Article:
Veterans Affairs Secretary Robert McDonald on Monday compared wait times at VA hosptial facilities to those at Disneyland, in remarks that are facing fierce backlash from veterans groups and members of Congress.
“When you go to Disney, do they measure the number of hours you wait in line? Or what’s important? What’s important is, what’s your satisfaction with the experience?” McDonald said at a Christian Science Monitor breakfast. “And what I would like to move to, eventually, is that kind of measure.”
Scores of social media users were quick to point out that dozens of veterans have died waiting for medical treatment at VA facilities, a revelation that led to the resignation of former VA Secretary Eric Shinseki and a renewed focus on the troubled agency.
McDonald, former CEO of consumer giant Procter & Gamble, was explaining to reporters at the breakfast his desire for the VA to move toward a satisfaction-based measure of healthcare at the department's facilities, rather than evaluating it based solely on wait times.
McDonald was roundly criticized in conservative circles on Monday. House Speaker Paul Ryan tweeted, "This is not make-believe, Mr. Secretary." Meanwhile, presumptive Republican presidential nominee Donald Trump used McDonald's remarks to slam Hillary Clinton, his likely general election rival, tweeting, "I will take care of our vets!"
Rep. Jeff Miller, chairman of the House Committee on Veterans' Affairs, said the comparison to wait times at Disneyland was "just plain wrong."
"In fact, the VA scandal over fraudulent wait times ... is precisely why McDonald is now VA secretary," Miller said in a statement. "Unfortunately, nearly two years after McDonald took over at VA, the department's wait-time rhetoric doesn't match up with the reality of veterans' experiences."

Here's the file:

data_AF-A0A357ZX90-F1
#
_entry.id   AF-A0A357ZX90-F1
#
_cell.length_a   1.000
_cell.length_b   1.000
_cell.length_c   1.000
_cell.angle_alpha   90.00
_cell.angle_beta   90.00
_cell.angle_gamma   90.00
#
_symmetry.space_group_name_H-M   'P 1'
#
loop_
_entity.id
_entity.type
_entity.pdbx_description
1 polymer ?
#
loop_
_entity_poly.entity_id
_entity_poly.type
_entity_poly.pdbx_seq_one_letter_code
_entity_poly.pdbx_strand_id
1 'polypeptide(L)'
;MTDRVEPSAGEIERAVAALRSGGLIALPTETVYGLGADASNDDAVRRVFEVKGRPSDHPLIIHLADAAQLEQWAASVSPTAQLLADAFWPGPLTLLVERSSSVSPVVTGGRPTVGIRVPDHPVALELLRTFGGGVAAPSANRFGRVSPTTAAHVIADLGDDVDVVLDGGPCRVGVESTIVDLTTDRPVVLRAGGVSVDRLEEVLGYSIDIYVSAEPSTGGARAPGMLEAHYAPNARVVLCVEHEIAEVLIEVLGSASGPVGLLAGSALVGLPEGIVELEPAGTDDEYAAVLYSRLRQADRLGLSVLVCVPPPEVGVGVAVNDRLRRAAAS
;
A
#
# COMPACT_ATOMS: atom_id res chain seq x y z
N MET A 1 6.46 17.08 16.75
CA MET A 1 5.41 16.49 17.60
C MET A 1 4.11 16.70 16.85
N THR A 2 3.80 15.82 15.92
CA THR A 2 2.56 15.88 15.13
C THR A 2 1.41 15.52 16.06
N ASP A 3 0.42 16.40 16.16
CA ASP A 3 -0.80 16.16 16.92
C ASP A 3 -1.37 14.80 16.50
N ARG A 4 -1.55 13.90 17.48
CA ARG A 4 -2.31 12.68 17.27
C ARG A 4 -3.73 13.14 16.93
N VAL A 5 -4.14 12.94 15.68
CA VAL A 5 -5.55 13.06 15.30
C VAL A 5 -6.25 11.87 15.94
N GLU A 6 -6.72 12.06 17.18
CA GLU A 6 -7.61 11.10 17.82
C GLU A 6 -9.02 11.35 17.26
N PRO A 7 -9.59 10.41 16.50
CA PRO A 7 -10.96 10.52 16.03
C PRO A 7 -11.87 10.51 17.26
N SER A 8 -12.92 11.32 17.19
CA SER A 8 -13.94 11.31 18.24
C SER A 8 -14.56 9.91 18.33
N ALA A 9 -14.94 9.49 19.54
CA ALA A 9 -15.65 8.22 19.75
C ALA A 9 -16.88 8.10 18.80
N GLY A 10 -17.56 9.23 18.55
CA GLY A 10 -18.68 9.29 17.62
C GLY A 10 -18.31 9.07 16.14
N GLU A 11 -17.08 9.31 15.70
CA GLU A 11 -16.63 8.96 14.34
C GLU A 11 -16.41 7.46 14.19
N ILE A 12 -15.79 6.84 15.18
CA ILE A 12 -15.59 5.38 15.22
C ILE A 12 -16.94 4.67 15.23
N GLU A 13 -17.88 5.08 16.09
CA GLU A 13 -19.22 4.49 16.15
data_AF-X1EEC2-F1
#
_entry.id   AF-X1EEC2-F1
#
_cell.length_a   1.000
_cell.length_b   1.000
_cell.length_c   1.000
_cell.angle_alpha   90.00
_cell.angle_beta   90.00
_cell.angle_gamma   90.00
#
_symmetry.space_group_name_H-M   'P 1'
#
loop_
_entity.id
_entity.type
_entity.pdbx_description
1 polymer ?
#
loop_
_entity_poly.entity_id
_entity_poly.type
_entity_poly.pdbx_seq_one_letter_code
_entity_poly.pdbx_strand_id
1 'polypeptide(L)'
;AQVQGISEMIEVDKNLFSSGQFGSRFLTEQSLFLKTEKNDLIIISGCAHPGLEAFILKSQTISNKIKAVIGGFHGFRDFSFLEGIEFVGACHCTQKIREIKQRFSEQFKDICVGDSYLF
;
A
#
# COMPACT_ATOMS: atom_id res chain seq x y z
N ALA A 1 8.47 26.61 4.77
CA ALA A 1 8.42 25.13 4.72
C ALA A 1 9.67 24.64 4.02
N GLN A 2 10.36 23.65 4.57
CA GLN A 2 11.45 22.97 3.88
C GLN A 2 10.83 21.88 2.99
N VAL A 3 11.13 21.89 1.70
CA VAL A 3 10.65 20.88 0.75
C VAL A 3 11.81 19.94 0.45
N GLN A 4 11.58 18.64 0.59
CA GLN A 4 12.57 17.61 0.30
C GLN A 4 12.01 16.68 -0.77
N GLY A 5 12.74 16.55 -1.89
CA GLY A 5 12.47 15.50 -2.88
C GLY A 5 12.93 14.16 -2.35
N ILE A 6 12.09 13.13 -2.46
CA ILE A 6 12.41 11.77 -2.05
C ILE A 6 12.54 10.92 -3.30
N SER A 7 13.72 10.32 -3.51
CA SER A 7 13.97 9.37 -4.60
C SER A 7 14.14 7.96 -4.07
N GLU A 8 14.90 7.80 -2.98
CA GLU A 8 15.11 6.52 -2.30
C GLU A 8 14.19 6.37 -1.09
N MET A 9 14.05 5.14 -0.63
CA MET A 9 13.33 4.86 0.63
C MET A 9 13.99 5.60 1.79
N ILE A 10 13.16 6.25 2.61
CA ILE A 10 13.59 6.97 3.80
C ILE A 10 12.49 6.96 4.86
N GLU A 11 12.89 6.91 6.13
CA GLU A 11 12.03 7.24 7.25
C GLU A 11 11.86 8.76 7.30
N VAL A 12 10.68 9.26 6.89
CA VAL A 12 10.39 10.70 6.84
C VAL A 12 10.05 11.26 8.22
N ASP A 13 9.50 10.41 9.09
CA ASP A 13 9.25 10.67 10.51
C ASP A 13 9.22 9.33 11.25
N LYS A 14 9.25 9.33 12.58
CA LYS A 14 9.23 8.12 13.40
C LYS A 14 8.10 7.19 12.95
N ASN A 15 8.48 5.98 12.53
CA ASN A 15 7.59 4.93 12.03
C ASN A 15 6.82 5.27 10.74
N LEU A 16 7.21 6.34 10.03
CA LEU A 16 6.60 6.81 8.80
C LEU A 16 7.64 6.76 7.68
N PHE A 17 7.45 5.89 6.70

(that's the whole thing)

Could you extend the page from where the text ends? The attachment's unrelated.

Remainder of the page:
Dan Caldwell, vice president for political and legislative action of Concerned Veterans for America, said in a statement that McDonald's comments show "he doesn't even view long wait times and secret wait lists as real problems in need of a fix," calling him out of touch and "not the serious reformer he promised to be."
While the conservative group demanded an apology, it did not go as far as calling for McDonald's resignation. The organization's press secretary, John Cooper, told The Daily Beast that McDonald should not be retained in the next administration.
"Frankly, at this point, it wouldn't make a difference if Secretary McDonald resigns because his deputy, Sloan Gibson, is just as invested in defending a broken VA system, and President Obama has shown he is not serious about fixing the issues at the VA," Cooper said.
VoteVets, a progressive veterans group, issued a more measured response to The Daily Beast. Its chairman, Jon Soltz, praised McDonald and Shinseki for eliminating the agency's backlog of claims and working to decrease wait times.
"Secretary McDonald's comments were clumsy, at best," said Soltz, an Iraq War veteran. "...We're on the right path, and it's crucial that Congress continue to give the VA what it needs to expand services, and cut wait times, not move towards privatization."
The Daily Beast's calls and emails to various Democratic House and Senate offices — in particular those members who sit on veterans' affairs committees — went mostly unreturned. However, Rep. Dina Titus (D-Nev.) rationalized McDonald's comments, telling The Daily Beast that while his comparison to Disneyland was "unfortunate," the VA can often seem like "a bad theme park: long lines, bad service, and indifferent employees."
Rep. Jerry McNerney, another Democratic member of the Veterans' Affairs Committee, told The Daily Beast that McDonald "should be more aware of the impact his comments may have on veterans and their families."
The Department of Veterans Affairs provided a statement to The Daily Beast on Monday afternoon which neither mentioned nor apologized for McDonald's comments.
"In our effort to determine how we can better meet veterans' needs, knowing that their satisfaction is our most important measure, we have heard them tell us that wait times alone are not the only indication of their experience with the VA and that's why we must transform the way we do business," the statement reads.
— Andrew Desiderio